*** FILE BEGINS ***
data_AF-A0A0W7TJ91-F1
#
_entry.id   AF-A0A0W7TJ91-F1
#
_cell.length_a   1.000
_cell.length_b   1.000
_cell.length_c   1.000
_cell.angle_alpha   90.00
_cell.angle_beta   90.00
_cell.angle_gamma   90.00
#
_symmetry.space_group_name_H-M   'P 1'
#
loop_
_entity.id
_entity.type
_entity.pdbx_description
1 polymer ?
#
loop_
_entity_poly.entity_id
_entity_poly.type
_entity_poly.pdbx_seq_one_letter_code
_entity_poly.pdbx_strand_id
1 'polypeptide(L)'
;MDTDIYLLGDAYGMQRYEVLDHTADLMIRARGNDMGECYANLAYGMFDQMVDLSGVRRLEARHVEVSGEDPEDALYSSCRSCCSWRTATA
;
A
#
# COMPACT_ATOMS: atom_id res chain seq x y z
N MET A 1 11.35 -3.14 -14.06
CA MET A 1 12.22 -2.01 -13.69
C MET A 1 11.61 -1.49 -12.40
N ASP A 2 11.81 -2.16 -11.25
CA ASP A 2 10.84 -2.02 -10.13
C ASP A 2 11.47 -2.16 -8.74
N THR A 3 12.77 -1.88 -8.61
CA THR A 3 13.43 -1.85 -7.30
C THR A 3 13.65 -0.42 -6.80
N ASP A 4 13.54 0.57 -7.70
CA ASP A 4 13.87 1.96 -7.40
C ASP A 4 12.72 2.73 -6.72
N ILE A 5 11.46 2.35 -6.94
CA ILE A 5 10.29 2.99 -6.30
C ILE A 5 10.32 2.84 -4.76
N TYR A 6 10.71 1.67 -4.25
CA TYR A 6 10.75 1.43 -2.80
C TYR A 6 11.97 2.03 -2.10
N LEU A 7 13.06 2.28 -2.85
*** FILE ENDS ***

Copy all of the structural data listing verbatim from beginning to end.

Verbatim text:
data_AF-A0A0W7TJ91-F1
#
_entry.id   AF-A0A0W7TJ91-F1
#
_cell.length_a   1.000
_cell.length_b   1.000
_cell.length_c   1.000
_cell.angle_alpha   90.00
_cell.angle_beta   90.00
_cell.angle_gamma   90.00
#
_symmetry.space_group_name_H-M   'P 1'
#
loop_
_entity.id
_entity.type
_entity.pdbx_description
1 polymer ?
#
loop_
_entity_poly.entity_id
_entity_poly.type
_entity_poly.pdbx_seq_one_letter_code
_entity_poly.pdbx_strand_id
1 'polypeptide(L)'
;MDTDIYLLGDAYGMQRYEVLDHTADLMIRARGNDMGECYANLAYGMFDQMVDLSGVRRLEARHVEVSGEDPEDALYSSCRSCCSWRTATA
;
A
#
# COMPACT_ATOMS: atom_id res chain seq x y z
N MET A 1 11.35 -3.14 -14.06
CA MET A 1 12.22 -2.01 -13.69
C MET A 1 11.61 -1.49 -12.40
N ASP A 2 11.81 -2.16 -11.25
CA ASP A 2 10.84 -2.02 -10.13
C ASP A 2 11.47 -2.16 -8.74
N THR A 3 12.77 -1.88 -8.61
CA THR A 3 13.43 -1.85 -7.30
C THR A 3 13.65 -0.42 -6.80
N ASP A 4 13.54 0.57 -7.70
CA ASP A 4 13.87 1.96 -7.40
C ASP A 4 12.72 2.73 -6.72
N ILE A 5 11.46 2.35 -6.94
CA ILE A 5 10.29 2.99 -6.30
C ILE A 5 10.32 2.84 -4.76
N TYR A 6 10.71 1.67 -4.25
CA TYR A 6 10.75 1.43 -2.80
C TYR A 6 11.97 2.03 -2.10
N LEU A 7 13.06 2.28 -2.85